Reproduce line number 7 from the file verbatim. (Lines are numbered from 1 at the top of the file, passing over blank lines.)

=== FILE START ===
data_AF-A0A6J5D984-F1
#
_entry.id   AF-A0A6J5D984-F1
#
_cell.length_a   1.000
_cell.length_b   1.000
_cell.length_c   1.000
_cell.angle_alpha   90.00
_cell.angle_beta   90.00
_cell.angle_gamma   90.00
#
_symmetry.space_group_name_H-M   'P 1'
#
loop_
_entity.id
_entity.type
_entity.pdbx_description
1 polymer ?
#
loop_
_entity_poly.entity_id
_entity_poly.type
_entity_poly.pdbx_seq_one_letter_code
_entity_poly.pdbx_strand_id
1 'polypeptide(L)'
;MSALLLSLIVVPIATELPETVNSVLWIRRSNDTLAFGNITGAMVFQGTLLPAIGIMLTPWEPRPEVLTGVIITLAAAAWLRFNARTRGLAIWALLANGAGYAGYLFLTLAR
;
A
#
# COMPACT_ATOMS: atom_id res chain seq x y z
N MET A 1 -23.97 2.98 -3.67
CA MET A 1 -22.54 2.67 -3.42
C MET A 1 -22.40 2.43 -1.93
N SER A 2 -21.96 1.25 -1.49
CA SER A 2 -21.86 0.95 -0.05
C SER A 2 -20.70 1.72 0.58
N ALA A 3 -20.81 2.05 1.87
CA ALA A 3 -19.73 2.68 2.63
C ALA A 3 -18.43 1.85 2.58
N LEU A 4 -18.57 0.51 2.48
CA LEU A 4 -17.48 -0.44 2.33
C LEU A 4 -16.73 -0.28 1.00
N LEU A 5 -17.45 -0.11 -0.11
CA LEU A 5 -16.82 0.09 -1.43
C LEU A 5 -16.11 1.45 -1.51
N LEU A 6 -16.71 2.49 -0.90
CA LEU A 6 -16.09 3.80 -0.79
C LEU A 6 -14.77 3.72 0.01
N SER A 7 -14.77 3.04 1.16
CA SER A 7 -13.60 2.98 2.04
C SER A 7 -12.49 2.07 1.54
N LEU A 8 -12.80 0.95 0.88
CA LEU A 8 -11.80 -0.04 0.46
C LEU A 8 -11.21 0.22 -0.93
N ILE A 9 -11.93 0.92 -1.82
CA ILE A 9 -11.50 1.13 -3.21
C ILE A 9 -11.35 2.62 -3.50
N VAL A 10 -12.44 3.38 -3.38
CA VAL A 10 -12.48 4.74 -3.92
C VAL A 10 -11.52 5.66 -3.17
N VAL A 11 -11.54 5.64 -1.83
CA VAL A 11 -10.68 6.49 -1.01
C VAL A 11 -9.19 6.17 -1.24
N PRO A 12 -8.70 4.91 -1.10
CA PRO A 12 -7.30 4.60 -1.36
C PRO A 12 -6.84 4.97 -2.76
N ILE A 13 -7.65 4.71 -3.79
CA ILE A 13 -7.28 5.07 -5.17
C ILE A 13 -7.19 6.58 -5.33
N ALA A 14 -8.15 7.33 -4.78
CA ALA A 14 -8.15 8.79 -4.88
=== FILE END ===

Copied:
_cell.length_c   1.000